Inside Supernova, you can see how your design system structure comes to life.

Tokens

From the Tokens tab, you have access to all your Figma Styles. You can start creating your own Tokens and Aliases to reference different values and tokens to better structure your design system.

Image of design system tokens structure in Supernova.

Themes

In the case you have multiple themes in your design system, you can easily add theme overrides from the same Tokens view in Supernova.

By having all your themes in one view you can better organize and manage your design tokens. You can find more details about themes, including how to create them in our docs.

Components

Similarly, your components are automatically arranged in rows in the Components tab that you can customize to your specific needs.

Image of design system components structure in Supernova.

Assets

Finally, your assets will also be arranged in their own content tab. Here you can download them and see how they’re organized.

Image of design system assets structure in Supernova.

This is all automatically sorted out for you by Supernova, but as we’ve mentioned it would need to apply some structure to your Figma libraries before importing them. Where you can start having a meaningful impact on the structure is with documentation, so let’s take a look.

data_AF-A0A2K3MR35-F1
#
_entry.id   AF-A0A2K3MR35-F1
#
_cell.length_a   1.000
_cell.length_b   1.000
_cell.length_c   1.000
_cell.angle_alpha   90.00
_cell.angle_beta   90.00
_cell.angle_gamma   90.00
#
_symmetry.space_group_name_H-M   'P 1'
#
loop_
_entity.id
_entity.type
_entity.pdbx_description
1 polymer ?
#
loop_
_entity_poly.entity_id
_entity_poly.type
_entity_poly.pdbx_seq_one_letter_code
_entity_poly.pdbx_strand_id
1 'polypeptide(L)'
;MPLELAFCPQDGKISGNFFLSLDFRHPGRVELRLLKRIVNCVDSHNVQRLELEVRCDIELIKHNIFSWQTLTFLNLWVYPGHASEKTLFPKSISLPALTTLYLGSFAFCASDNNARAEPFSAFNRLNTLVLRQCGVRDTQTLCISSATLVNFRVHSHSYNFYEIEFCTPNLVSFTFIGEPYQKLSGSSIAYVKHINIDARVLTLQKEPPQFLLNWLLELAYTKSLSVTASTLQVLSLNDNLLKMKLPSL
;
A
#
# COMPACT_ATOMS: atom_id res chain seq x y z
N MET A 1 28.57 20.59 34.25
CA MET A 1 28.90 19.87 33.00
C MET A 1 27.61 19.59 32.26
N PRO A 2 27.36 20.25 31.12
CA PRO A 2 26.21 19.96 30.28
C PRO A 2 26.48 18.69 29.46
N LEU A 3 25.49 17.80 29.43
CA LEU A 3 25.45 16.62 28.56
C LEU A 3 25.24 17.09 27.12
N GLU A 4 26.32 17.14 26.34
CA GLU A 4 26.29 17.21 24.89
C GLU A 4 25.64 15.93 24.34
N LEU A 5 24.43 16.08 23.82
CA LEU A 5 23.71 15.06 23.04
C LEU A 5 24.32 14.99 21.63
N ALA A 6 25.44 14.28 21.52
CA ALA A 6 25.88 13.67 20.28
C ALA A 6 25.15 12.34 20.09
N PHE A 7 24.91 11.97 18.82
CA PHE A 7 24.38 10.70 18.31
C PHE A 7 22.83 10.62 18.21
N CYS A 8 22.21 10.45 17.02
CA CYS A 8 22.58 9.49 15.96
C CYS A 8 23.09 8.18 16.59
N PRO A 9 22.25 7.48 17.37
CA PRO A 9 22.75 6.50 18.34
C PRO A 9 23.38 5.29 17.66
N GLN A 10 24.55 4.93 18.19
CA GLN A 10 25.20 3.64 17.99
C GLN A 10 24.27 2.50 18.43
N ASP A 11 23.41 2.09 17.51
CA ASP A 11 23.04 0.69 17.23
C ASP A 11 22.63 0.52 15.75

Documentation

Documentation for your design system plays the biggest role in increasing adoption. If you want all the nice benefits of having a design system like consistency, efficiency, and scalability, you need your users (your team members in this case) to opt in. With documentation, your goal is to introduce your users to your design system and guide them on how to use it. And similar to any design system, the structure of your documentation will take a different shape depending on your needs. But let's go through the must-haves.

✍️ You can learn how to add sections, subsections, and more in Supernova here.

Introduction

Going back to the goals of documenting your design system, an introduction is something that is often overlooked but very critical. You should treat design system users as you would end-users. A clean and well-thought-out introduction to your design system will help onboard team members faster and set up your design system for success.